Traditional marketing research tools like surveys and focus groups are used to evaluate customer responses on various aspects of the product, but they do not fully capture what’s going on in the customer’s mind. Responses are not always true in some cases. This is where the idea of Neuromarketing becomes useful. Using non-verbal consumer responses and brain signals is a more reliable method as they are spontaneous and aren’t altered by the conscious mind. The widely used methods are – eye tracking, facial emotion detection, EEG data, and fMRI signals.
In this blog, we’ll talk about Facial Emotion Detection.
Facial Emotion Recognition: Facial expressions and emotions are the most prominent of non-verbal communication. A lot of things that cannot be conveyed by words can easily be expressed using the face. The most prominent 7 emotions are – anger, disgust, fear, happiness, sadness, surprised, and neutral. We experimented with 2 of the most famous machine learning models: CNN and SVM.
- CNN : Convolutional Neural Networks are known to work well for image analysis tasks. Before building the model, we need to prepare the data for the network. Dataset: The dataset is acquired from Kaggle and consists of the 7 classes (0=Angry, 1=Disgust, 2=Fear, 3=Happy, 4=Sad, 5=Surprise, 6=Neutral) mentioned above. There are 13,690 ‘350×350’ pixel-colored images of faces exhibiting 7 different expressions.
Distribution of images amongst the classes –
Notice that the dataset has several more images for the happiness and neutral classes.
Sample image from the dataset-
Pre-Processing: The following pre-processing is performed on the dataset:
- The facial emotion is independent of the color of the image. So, we can change the image from RGB to grayscale thus reducing the number of channels. This results in an overall reduction in data by a fraction of 3.2. The extra background can add noise and misleading information to the input, so extract only the facial part using Cascade Classifier (CV API) and set the image to a fixed size of 48X48 pixels to maintain consistency.Our emotion data is categorical. We perform one-hot encoding which converts the labels into vectors containing 0’s and a 1 in the index position of the class.
One hot encoding:
Now, the data is ready to be used to train the model.
Architecture: The architecture is built using the Keras framework.
Input: 48×48 grayscale image
Output: The probability of each expression class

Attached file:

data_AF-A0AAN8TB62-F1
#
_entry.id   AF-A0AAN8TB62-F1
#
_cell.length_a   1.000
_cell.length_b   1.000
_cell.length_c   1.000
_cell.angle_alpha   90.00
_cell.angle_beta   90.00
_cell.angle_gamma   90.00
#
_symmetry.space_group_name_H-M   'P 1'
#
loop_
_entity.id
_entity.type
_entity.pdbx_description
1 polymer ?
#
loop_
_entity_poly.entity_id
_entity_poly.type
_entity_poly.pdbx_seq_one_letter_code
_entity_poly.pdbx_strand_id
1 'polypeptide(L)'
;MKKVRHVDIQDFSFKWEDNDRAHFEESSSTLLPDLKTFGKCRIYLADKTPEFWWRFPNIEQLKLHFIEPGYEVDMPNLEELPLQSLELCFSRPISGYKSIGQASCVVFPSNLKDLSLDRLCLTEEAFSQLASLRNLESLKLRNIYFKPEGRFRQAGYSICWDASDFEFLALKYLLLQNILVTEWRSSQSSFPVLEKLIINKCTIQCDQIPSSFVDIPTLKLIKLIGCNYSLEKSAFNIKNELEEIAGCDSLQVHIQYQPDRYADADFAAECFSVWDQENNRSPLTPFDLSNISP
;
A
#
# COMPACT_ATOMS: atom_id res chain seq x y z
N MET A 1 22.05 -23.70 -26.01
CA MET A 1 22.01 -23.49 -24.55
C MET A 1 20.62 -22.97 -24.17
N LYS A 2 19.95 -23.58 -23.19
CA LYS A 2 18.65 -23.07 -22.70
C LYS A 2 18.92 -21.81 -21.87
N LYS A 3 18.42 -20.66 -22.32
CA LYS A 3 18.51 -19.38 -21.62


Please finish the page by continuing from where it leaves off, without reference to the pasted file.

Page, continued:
The network architecture comprises of:
- 5 convolutional layers
- 3 sub-sampling layers and
- 1 fully-connected layer.
- The first layer of CNN is a convolution layer that applies a convolution kernel of 3 × 3 and outputs 64 images of 48 x 48 pixels. This is followed by a sub-sampling layer that uses max-pooling (with kernel size 3 × 3) to reduce the image to the third of its size.
- The second convolutional layer has an output of 64 images of 16 ×16 pixels, followed by a sub-sampling layer with kernel size 2 × 2.
- The third layer is the same as the second.
- The fourth convolutional layer outputs 128 images of size 8 × 8 pixels and uses max pooling with kernel 2 × 2.
- The fifth layer is the same as the fourth.
- The output from the last convolutional layer is given to a fully connected hidden layer. This layer maps 1024 nodes to 7 output nodes (one for each expression that outputs their probability) in a fully connected fashion.
Multiple values for the hyper-parameters were tested and the following gave us the best accuracies:
- Optimizer – Adam with a learning rate – 1e-3 and a decay of 3.125e-5
- Batch size – 32
- Loss– Categorical cross-entropy
The ratio of samples in the training set, validation set and test set is 6.8: 2.9: 0.2
The CNN model achieved a test accuracy of 85.15%
A Support Vector Machine (SVM) finds hyperplanes in high-dimensional space to classify the data points.
Here H3 is the best hyperplane
We use another dataset for our SVM model. There are 1071 images in the dataset which are divided into 803 and 268 images for training and testing dataset. It has 6 classes (Anger, Disgust, Happiness, Sadness, Surprised, Neutral).
The previous dataset was very skewed which could cause biases in prediction. We chose a much lesser skewed dataset.
In deciding the facial expression, the points on the eyebrows, eyes, nose, lips, and jawline are of the utmost importance. All these points are extracted and are interpolated from the nose-tip. The distance of these points (green lines) from the nose-tips are used as features for the SVM model.
The API Scikit-learn is used to implement SVM with C=1 and linear kernel.
The test accuracy was found to be 61.69
CNN gives us a better accuracy of 85.15%. It is worth noting that it is also more complex and computationally expansive than the SVM model.